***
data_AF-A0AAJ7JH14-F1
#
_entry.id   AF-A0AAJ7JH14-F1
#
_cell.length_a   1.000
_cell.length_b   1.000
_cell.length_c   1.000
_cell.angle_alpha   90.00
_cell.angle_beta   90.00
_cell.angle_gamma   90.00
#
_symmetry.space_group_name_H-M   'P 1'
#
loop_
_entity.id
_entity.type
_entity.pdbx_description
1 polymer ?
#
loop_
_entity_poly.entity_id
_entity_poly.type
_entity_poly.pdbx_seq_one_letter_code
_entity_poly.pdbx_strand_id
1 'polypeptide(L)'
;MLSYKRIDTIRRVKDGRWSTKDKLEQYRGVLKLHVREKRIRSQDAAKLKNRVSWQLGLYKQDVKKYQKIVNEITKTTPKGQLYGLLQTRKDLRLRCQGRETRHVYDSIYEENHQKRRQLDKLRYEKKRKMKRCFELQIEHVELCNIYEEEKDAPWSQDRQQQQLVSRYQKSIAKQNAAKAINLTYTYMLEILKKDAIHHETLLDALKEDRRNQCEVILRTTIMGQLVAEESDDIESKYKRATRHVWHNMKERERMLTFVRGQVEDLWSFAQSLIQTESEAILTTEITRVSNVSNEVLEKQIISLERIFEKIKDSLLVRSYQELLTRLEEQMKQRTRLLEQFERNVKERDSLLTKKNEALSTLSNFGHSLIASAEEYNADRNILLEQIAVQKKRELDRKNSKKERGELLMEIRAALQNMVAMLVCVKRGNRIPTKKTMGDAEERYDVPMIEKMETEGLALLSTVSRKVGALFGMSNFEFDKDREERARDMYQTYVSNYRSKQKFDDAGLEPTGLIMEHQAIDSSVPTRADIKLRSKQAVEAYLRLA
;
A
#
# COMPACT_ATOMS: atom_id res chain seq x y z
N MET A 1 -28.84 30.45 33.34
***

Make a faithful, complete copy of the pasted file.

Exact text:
data_AF-A0AAJ7JH14-F1
#
_entry.id   AF-A0AAJ7JH14-F1
#
_cell.length_a   1.000
_cell.length_b   1.000
_cell.length_c   1.000
_cell.angle_alpha   90.00
_cell.angle_beta   90.00
_cell.angle_gamma   90.00
#
_symmetry.space_group_name_H-M   'P 1'
#
loop_
_entity.id
_entity.type
_entity.pdbx_description
1 polymer ?
#
loop_
_entity_poly.entity_id
_entity_poly.type
_entity_poly.pdbx_seq_one_letter_code
_entity_poly.pdbx_strand_id
1 'polypeptide(L)'
;MLSYKRIDTIRRVKDGRWSTKDKLEQYRGVLKLHVREKRIRSQDAAKLKNRVSWQLGLYKQDVKKYQKIVNEITKTTPKGQLYGLLQTRKDLRLRCQGRETRHVYDSIYEENHQKRRQLDKLRYEKKRKMKRCFELQIEHVELCNIYEEEKDAPWSQDRQQQQLVSRYQKSIAKQNAAKAINLTYTYMLEILKKDAIHHETLLDALKEDRRNQCEVILRTTIMGQLVAEESDDIESKYKRATRHVWHNMKERERMLTFVRGQVEDLWSFAQSLIQTESEAILTTEITRVSNVSNEVLEKQIISLERIFEKIKDSLLVRSYQELLTRLEEQMKQRTRLLEQFERNVKERDSLLTKKNEALSTLSNFGHSLIASAEEYNADRNILLEQIAVQKKRELDRKNSKKERGELLMEIRAALQNMVAMLVCVKRGNRIPTKKTMGDAEERYDVPMIEKMETEGLALLSTVSRKVGALFGMSNFEFDKDREERARDMYQTYVSNYRSKQKFDDAGLEPTGLIMEHQAIDSSVPTRADIKLRSKQAVEAYLRLA
;
A
#
# COMPACT_ATOMS: atom_id res chain seq x y z
N MET A 1 -28.84 30.45 33.34